Understanding Eczema Part 3: Etiology According to TCM
My last post discussed the causes of eczema (atopic dermatitis) from the scientific medical perspective. Here I will talk about the causes of eczema as we understand them according to Traditional Chinese Medicine (TCM). Some of the terminology will be unfamiliar to you if you are not a practitioner of TCM. As this post is for both practitioners and patients, I will do my best to bridge any gaps in understanding.
Before we begin, you must accept the idea that the body has energy flowing through it. (Well, I suppose you don’t have to accept the idea, just understand that those of us who study and practice TCM accept this concept). We call this vital life force energy Qi (pronounced “chee”). In TCM, we believe that Qi (in various forms) flows throughout the body and is the basic underlying layer of functioning responsible for the proper functioning of all other biological systems in the living body. Disruption of Qi circulation causes disruption of various functions in the body. Each organ has its own Qi and we describe illnesses in terms of imbalances of this Qi. Diseases, esp. of the skin, can have complicated underlying energetic imbalances that involve the Qi of more than one organ. Such is the case with eczema.
According to TCM, eczema begins with constitutional inefficiencies that quickly become complicated by exposure to pathological energies. Eczema most often develops at a very young age (in infancy). It can begin with the mother when she eats too many fatty, spicy, fried or sweet foods, or overindulges in fish/seafood. She will develop a deficiency of her Spleen Qi. Spleen Qi Deficiency may exist before pregnancy or can develop during pregnancy or while breast-feeding. Either way, this insufficiency of Qi is passed on to the baby. When the Spleen’s Qi is compromised, the Spleen’s function becomes impaired and it cannot take the food and fluids that are consumed and transform them into usable energy. Instead, Dampness and Heat will begin to accumulate internally (in the Spleen and Stomach). Dampness and Heat (called “Damp-Heat” when they combine) are pathogenic forms of energy (unhealthy, capable of causing disease) that eventually get pushed outward and get trapped in the skin and cause eczema lesions. This often happens more quickly if the baby is improperly fed after birth, such as when the baby consumes too much dairy or too many spicy or sweet foods (the baby started off with weakened Qi from its mother and then perpetuates the impairment of its Spleen Qi with unhealthy diet that directly creates more Dampness and Heat). This internal development of pathogenic factors is one direct way eczema can develop. But it isn’t the only way.
Deficiency of Spleen Qi leads to impairment of the body’s ability to absorb nutrition as well as leading to Lung Qi Deficiency, thus further weakening the immune system. The Lung is the source for Wei Qi (Defensive Qi), which is the first line of defense against external pathogenic factors such as pathogenic energy or germs or allergens. So when the infant’s Wei Qi is compromised, it is easier for external pathogenic factors to invade the infant’s body. Such external factors include environmental energies such as Wind, Dampness, Heat; or Toxic substances (dust mites, pollen, other allergens). Initially these things get caught in the skin. Wind causes itching (like a breeze that blows across the skin tickling it and drying it out). Heat causes redness and swelling (inflammation). Dampness is a pathogenic factor that results in oozing of lesions (like wetness or liquid that exists where it shouldn’t accumulate). The longer these pathogens are trapped in the skin, the deeper they penetrate and the more energetic damage they cause. Over time, they can consume Yin (the moistening & cooling substance in our bodies) and dry up Blood (nourishes and moistens the tissues) thus leading to leathery, rough, thick skin (lichenification).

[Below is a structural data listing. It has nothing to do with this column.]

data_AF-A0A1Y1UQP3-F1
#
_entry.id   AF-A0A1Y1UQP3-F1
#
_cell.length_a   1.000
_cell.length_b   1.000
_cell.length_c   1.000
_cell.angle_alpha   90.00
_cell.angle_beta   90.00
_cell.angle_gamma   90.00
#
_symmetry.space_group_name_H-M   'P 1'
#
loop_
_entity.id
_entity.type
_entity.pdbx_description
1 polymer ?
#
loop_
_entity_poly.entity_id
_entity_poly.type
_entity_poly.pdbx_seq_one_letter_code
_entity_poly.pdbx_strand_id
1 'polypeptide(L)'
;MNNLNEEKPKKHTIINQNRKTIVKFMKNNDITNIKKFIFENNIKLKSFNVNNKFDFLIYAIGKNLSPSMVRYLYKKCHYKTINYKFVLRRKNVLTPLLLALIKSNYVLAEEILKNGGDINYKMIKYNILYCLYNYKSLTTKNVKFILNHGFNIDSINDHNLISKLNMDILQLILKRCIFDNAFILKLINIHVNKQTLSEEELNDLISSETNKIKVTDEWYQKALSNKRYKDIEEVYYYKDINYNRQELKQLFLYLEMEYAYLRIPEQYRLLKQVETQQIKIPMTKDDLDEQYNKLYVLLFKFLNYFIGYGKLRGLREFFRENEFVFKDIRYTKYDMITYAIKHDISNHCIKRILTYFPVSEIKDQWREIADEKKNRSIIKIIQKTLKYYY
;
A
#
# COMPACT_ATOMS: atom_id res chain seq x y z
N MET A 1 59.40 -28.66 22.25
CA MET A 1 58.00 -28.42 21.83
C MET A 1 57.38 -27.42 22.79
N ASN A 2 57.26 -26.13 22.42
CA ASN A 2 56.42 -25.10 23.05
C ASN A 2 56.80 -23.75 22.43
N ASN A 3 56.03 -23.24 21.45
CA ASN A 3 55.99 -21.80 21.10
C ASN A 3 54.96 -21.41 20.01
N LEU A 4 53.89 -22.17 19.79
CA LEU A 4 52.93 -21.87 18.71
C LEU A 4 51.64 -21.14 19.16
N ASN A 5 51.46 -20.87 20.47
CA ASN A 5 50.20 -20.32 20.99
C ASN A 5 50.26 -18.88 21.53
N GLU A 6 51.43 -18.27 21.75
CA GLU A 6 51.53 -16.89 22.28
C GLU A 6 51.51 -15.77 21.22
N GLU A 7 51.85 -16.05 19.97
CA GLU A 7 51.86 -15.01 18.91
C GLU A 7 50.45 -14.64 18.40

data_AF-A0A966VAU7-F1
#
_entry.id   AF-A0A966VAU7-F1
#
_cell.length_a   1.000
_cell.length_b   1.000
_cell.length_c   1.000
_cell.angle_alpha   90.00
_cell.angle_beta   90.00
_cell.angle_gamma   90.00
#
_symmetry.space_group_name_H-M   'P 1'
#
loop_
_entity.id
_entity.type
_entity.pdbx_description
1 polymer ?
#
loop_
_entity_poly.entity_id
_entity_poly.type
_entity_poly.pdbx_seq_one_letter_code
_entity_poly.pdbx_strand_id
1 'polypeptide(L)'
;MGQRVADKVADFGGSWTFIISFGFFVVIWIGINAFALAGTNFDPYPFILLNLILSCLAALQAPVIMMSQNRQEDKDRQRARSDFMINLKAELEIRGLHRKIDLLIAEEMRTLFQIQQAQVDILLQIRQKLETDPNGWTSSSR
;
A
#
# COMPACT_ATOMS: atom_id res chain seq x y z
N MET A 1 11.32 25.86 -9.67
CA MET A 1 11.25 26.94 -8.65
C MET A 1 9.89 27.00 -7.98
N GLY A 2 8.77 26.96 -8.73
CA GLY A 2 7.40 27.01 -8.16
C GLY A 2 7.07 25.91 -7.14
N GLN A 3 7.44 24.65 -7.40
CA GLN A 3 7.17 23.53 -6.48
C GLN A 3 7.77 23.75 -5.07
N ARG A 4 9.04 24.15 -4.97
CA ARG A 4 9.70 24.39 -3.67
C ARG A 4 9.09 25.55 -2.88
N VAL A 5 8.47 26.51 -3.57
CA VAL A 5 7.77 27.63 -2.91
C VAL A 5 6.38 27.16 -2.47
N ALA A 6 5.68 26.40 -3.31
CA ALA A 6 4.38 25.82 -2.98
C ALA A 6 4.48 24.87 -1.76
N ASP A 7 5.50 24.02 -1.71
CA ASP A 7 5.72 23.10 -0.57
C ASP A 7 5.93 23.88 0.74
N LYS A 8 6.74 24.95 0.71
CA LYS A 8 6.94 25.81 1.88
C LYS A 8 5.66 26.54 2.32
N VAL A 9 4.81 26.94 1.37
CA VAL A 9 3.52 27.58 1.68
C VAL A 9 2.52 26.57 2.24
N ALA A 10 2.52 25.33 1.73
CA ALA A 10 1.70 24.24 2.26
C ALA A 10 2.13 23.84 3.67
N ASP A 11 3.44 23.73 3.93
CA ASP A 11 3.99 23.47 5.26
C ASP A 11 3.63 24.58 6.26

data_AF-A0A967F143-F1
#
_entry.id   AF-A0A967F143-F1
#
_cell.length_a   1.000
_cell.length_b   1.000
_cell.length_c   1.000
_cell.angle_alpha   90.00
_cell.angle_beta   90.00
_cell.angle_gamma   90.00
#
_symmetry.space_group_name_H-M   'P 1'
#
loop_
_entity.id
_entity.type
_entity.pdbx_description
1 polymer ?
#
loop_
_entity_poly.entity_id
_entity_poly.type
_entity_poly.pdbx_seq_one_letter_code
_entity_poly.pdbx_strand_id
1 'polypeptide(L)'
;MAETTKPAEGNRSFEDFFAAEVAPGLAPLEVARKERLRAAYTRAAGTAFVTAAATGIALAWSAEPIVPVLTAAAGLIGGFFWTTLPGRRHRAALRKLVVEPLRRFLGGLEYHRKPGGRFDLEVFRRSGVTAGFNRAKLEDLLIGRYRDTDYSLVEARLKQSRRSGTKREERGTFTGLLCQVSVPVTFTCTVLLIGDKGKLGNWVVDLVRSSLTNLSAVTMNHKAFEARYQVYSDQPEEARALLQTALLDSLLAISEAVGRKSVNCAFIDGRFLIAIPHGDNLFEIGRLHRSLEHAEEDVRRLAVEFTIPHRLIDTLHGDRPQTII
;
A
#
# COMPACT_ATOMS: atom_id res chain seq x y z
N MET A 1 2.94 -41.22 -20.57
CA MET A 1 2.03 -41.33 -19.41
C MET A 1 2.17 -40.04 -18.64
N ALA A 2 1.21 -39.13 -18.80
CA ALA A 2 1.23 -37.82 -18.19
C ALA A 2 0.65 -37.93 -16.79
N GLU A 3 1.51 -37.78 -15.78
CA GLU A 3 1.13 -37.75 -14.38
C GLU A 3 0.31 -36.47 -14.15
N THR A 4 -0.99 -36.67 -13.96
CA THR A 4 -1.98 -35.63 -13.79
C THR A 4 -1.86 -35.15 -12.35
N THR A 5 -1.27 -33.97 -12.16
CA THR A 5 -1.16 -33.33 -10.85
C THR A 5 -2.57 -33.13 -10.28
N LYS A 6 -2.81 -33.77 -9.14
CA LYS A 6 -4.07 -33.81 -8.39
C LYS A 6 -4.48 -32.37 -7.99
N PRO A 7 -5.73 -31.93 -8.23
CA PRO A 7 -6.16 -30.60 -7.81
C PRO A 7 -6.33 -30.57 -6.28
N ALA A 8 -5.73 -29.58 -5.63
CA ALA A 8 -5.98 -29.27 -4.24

Other factors can speed up this process or further complicate it. For example, congenital (genetic) problems can affect Liver and Kidney Qi. This results in immune dysfunction and also leads to Yin and Blood being damaged even faster. Stress (emotional and physical) causes the energy of the Liver to stagnate. Liver Qi Stagnation easily affects the Blood causing Blood Deficiency and Blood Stasis (poor circulation). This makes the eczema a much more stubborn condition, with lesions that take a long time to heal.
In a future post, I will explain the different patterns of eczema and the phases in which they appear. Eventually (once we have a deeper understanding of eczema), I will offer a list of tips to improve your eczema.
Publish Date: October 15, 2010 *Articles may include updates since original publishing.
About the Author (Author Profile)Diana Hermann is a licensed acupuncturist and board certified in Chinese Herbal Medicine. She received her Master Degree in Acupuncture and Oriental Medicine from the Oregon College of Oriental Medicine in Portland, OR and trained in China at the Nanjing University of Traditional Chinese Medicine. Diana treats patients in her Fort Collins, Colorado clinic and hand crafts herbal skin care products for her company Zi Zai Dermatology. In 2015, she completed the Diploma In Chinese Medicine Dermatology program from Avicenna in London, UK. She completed the program for a second time in 2019 in Chicago.
Sites That Link to this Post
- Understanding Eczema Part 2: Causes | Zi Zai Dermatology's Blog | October 15, 2010
- Understanding Eczema Part 1: What exactly is eczema? | Zi Zai Dermatology's Blog | October 15, 2010
- Understanding Eczema Part 4: Patterns and Phases | Zi Zai Dermatology's Blog | November 16, 2010
- Simple Tips to Improve Your Eczema | Zi Zai Dermatology's Blog | January 7, 2011